Does he believe fiction can enhance people's morality? "Of course it can. What we read contributes to the construction of our moral universe. I think that if we dwell on aggression we shouldn't be surprised when people turn to violence. I suppose, as a novelist, I'm interested in people's little struggles through life. It sounds very trite, but in the case of Precious Ramotswe I'm interested in her trying to lead a decent life."

Which is as it should be. There are plenty of writers who want to wrestle with the bigger struggles; why not do what interests him? Of course, what do I know, I think the man's a genius.

New Year's Notes 


Laura Lippman has updated with a missive on New Year's resolutions, why she doesn't go out looking for reviews, and the quotes the funniest opening paragraph written about the true evil of magazine editors.

Hank Steuver of the WaPo does some kind of What's In/What's Out list for the new year:

"Here's your List for 2004, and it's been 100 percent metrosexualized by yet another bossy sissy. We'd stick around and explain it to you, but everything on our List has already (already?!) been griped about and refuted on somebody's smarter-than-thou blog. (Drat!)"

Wow, the print media acknowledges how behind-the-curve they are compared to blogs? Gosh, that's SO 2003....

The NYT has a feature on the Feminist Press, which has launched an initiative to reissue the best of female pulp writers. I'm especially excited to hear of further reissues of the novels of Dorothy B. Hughes, whose IN A LONELY PLACE was one of the inaugural three. I read it a few weeks back and was knocked for six just how ahead of its time it was. It's without a doubt one of the classics of the genre, and portrays LA in a light that was quite different from fellow noirist Raymond Chandler.

As reported in several places, Brigit Hughes will take over as the editor for the Paris Review in a spot vacated by the death of George Plimpton.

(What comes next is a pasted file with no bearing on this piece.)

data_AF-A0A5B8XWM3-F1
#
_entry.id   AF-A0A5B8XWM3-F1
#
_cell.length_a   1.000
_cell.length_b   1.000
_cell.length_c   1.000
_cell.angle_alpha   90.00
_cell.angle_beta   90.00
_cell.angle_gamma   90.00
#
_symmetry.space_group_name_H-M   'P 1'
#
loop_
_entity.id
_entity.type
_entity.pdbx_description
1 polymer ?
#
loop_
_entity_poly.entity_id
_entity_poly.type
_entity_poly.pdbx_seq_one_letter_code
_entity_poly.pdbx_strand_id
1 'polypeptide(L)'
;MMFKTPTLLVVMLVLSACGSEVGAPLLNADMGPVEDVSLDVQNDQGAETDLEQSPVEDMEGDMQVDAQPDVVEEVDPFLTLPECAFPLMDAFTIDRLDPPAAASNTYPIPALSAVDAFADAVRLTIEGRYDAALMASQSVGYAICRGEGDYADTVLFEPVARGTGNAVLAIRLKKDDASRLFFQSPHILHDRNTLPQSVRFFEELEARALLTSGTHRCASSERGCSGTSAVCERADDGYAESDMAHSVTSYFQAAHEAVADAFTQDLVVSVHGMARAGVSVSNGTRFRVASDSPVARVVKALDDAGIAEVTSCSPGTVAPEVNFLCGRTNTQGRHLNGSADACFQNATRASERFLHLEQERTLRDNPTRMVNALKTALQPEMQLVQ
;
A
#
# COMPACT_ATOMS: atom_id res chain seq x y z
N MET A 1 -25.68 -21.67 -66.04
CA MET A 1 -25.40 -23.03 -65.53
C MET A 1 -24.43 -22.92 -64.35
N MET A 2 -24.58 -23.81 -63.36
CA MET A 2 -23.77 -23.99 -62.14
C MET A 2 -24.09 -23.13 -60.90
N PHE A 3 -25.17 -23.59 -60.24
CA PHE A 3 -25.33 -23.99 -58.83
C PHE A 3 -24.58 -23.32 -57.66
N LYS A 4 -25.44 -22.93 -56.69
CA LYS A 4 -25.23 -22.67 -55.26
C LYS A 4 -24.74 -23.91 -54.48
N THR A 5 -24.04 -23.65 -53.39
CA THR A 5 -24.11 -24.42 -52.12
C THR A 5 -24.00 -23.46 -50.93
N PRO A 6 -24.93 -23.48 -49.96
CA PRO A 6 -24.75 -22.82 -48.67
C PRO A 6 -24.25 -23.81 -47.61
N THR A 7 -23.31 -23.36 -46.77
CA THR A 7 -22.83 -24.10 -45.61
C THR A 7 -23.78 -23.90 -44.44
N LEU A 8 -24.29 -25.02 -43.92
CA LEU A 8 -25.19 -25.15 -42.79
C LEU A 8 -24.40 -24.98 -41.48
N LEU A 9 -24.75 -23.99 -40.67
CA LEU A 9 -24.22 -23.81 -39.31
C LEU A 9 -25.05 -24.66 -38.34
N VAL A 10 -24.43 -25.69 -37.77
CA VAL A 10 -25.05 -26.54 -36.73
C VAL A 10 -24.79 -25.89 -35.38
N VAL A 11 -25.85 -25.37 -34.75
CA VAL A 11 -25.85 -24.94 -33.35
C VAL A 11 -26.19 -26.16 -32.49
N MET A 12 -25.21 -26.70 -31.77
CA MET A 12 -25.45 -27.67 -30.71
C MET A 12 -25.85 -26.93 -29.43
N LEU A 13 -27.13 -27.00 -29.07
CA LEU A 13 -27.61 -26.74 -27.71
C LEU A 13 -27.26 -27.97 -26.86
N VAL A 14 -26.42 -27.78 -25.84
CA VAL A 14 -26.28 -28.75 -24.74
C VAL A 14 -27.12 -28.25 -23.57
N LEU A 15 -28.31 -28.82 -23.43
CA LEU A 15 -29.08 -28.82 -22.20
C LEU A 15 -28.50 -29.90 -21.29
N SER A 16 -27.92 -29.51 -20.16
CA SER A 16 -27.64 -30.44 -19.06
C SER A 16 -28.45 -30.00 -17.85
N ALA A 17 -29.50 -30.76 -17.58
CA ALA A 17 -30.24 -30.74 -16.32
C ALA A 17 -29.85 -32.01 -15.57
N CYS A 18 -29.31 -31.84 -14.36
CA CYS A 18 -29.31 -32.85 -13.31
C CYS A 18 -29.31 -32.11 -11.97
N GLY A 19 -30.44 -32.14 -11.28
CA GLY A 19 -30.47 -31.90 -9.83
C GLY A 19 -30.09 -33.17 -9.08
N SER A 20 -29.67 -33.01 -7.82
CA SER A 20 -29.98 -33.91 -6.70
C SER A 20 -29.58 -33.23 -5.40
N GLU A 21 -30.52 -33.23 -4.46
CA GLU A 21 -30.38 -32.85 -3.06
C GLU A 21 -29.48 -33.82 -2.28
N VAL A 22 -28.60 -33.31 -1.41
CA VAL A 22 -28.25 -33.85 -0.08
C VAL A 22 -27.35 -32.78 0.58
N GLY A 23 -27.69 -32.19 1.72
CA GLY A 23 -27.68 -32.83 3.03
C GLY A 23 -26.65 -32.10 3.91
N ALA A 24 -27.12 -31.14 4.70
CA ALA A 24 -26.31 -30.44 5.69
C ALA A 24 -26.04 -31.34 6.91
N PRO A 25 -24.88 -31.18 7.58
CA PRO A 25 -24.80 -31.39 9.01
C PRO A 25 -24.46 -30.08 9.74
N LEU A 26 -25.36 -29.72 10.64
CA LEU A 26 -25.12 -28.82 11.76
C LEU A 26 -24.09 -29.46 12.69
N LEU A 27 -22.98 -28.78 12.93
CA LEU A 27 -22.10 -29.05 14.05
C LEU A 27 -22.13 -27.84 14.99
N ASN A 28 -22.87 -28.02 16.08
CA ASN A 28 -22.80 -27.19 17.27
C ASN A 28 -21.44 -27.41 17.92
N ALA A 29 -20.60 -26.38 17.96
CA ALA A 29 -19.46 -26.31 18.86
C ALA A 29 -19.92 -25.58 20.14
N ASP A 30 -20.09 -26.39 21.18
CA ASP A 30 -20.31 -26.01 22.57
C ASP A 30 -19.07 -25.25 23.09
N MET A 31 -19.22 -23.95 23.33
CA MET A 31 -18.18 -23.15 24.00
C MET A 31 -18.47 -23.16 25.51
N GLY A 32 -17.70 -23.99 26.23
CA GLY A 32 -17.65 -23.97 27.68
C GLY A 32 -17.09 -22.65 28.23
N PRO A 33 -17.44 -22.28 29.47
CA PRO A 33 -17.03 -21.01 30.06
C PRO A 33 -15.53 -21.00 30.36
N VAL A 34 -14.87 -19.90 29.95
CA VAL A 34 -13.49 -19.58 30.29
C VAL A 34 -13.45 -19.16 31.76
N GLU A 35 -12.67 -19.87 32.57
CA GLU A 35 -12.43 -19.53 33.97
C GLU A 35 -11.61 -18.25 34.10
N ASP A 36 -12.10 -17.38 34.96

And finally, Kurt Nilssen is the World Idol. I kinda like that, or as Ray Banks put it, it was "even nicer to see Norway winning something on behalf of Middle Earth." Besides, he did outsing Kelly. Now, here's hoping he gets his band tour-ready and fast.

Wednesday, December 31, 2003

Happy 2004 

Dunno about all of you, but it's a low-key affair over here. A couple of parties to attend and hangovers to endure, just in time to watch the finale of World Idol tomorrow night (though I'll probably cover my ears during Elton John's appearance...) Here's hoping 2004 starts out on a much more exciting note. And that I finally graduate.

Have a fabulous New Year, everyone; see you in a couple of days.

Tuesday, December 30, 2003


As the story of a man trapped under his TBR pile makes the blog-rounds today, all I want to know is: so what did he read while he was buried? If the answer is nothing, isn't that the biggest tragedy of all?

Michelle Paul rounds up the best book-related stories of the year for the Guardian. All the usual stuff, though I hadn't realized that Iain Duncan Smith only got 2,500 pounds for his heavily panned thriller. All that abuse, and hardly any advance to show for it? Now that's tragedy....

The French have finally succumbed. Book commercials will now grace the airwaves in that country, after furious opposition to such an endeavor. The first book to have the honor? Paul Burrell's biography of Princess Di. All that brouhaha and this is the book that gets to go first? Ah well.

There's another Marion Ettlinger profile, this time in Australia's The Age. I've long held that her photos make authors look rather unrealistic and creepy, and there's no greater proof than the accompanying photo of Patricia Highsmith. Um, yikes.

Collected Miscellany reviews Chicago Sun-Times' Book editor--and David Montgomery's boss-- Henry Kisor's debut mystery novel SEASON'S REVENGE

And finally, Wilson--that's the Home Improvement Wacky Neighbor (TM) dude--has died at the age of 61. Who will Tim Allen talk to over the fence now? Oh wait, the show's been cancelled for a few years, hasn't it....

Monday, December 29, 2003

Where's Jean Shepherd when you need him